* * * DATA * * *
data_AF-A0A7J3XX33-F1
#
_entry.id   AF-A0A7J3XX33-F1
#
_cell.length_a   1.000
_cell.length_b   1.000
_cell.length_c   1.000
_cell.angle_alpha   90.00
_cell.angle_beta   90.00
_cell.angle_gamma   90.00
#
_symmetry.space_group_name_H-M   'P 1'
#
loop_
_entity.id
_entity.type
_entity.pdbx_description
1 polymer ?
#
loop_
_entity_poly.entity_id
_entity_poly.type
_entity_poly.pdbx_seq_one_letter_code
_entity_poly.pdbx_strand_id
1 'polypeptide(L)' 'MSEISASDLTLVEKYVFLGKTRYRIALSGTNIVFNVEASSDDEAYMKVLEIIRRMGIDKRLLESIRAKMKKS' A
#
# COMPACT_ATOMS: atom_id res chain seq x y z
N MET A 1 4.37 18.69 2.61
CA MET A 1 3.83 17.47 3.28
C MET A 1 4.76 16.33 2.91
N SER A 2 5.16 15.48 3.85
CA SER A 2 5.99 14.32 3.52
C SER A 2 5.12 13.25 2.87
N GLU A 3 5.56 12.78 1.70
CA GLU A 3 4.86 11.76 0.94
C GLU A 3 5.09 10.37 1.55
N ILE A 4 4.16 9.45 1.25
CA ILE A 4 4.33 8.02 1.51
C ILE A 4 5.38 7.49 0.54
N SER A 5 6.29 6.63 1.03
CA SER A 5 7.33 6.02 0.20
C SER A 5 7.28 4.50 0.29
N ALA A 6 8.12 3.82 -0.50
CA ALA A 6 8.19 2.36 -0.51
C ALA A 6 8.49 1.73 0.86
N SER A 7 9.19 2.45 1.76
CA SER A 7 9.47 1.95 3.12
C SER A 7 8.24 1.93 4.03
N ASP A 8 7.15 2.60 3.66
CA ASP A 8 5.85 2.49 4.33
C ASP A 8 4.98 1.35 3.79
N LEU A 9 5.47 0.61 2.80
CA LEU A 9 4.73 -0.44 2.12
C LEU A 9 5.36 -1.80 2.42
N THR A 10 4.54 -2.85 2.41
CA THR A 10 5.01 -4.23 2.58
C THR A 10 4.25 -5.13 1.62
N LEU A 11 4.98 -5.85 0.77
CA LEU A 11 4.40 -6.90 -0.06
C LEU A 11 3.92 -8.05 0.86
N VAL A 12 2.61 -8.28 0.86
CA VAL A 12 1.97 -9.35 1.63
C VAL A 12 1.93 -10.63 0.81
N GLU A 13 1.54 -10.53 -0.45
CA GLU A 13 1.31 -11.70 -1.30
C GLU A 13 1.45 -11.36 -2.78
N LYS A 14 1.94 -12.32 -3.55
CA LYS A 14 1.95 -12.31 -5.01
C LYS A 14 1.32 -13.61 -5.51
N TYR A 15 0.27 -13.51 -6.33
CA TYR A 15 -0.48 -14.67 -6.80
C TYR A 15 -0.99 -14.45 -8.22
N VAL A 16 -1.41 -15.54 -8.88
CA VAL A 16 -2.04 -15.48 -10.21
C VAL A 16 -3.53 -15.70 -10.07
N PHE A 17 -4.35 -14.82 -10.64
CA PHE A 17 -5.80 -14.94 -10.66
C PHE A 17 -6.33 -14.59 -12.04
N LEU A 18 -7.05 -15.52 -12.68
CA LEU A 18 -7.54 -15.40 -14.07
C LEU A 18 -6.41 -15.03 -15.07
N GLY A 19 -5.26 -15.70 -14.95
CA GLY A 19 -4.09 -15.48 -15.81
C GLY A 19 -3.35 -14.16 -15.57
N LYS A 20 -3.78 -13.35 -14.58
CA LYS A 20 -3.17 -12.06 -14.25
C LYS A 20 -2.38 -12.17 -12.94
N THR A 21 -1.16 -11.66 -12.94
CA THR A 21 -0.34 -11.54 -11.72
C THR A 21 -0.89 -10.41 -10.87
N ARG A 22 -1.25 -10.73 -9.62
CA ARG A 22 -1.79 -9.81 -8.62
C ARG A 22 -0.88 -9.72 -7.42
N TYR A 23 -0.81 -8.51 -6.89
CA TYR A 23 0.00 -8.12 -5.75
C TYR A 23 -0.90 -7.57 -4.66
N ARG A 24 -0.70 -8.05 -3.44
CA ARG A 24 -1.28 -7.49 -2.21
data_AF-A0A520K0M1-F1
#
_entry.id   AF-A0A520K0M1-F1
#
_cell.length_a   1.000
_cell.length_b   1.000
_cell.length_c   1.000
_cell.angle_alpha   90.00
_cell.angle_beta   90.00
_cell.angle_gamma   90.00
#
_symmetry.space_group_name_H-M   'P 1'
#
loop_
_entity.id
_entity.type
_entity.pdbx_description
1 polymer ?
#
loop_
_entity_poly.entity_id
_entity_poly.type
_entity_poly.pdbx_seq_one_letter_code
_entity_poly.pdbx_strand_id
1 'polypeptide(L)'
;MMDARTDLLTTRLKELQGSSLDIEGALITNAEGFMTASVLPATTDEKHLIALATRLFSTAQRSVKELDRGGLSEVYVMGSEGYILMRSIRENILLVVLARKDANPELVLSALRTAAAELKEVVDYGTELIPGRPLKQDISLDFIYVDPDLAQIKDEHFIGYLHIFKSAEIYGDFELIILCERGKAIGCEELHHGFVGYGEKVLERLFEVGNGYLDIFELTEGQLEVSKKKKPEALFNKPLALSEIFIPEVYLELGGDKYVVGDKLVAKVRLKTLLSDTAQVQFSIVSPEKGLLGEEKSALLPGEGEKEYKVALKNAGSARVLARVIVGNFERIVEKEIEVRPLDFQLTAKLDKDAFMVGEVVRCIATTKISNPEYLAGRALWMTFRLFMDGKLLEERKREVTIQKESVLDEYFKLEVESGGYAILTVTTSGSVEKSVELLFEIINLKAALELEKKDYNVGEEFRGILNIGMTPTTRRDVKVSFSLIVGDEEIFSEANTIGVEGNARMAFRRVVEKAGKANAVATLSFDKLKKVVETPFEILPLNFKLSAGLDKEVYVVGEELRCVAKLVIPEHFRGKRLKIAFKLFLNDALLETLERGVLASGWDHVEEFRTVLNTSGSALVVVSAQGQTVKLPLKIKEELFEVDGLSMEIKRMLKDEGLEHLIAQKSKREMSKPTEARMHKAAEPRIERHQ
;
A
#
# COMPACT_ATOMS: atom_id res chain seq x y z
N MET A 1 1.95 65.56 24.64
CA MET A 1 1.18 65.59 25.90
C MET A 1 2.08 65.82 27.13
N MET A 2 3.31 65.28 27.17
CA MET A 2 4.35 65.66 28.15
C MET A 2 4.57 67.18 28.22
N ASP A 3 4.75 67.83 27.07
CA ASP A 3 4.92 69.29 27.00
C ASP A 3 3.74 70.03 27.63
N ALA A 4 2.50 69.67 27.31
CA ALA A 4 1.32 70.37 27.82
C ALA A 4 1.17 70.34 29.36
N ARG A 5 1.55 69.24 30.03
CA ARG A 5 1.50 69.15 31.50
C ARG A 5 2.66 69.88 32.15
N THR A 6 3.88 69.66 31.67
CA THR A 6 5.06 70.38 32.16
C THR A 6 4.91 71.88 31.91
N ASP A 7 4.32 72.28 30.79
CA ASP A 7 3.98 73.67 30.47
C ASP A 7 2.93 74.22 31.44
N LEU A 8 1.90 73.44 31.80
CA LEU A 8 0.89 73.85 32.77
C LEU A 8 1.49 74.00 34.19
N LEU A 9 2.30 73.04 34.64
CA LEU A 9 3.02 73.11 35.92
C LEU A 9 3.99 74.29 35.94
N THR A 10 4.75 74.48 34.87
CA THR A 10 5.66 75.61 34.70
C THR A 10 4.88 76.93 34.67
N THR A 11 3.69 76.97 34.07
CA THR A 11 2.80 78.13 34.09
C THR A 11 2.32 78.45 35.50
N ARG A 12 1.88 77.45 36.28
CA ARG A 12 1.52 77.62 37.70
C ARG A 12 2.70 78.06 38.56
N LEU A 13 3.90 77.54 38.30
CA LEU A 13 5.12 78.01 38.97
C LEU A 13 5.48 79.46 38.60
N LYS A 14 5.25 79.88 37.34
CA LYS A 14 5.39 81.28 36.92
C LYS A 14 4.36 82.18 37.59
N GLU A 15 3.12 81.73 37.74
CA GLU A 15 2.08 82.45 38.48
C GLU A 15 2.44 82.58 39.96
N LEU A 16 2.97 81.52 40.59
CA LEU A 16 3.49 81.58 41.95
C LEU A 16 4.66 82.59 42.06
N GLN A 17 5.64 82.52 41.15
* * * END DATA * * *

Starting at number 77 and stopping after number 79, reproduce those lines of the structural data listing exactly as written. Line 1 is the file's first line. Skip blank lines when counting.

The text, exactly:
CA PHE A 17 -5.80 -14.94 -10.66
C PHE A 17 -6.33 -14.59 -12.04
N LEU A 18 -7.05 -15.52 -12.68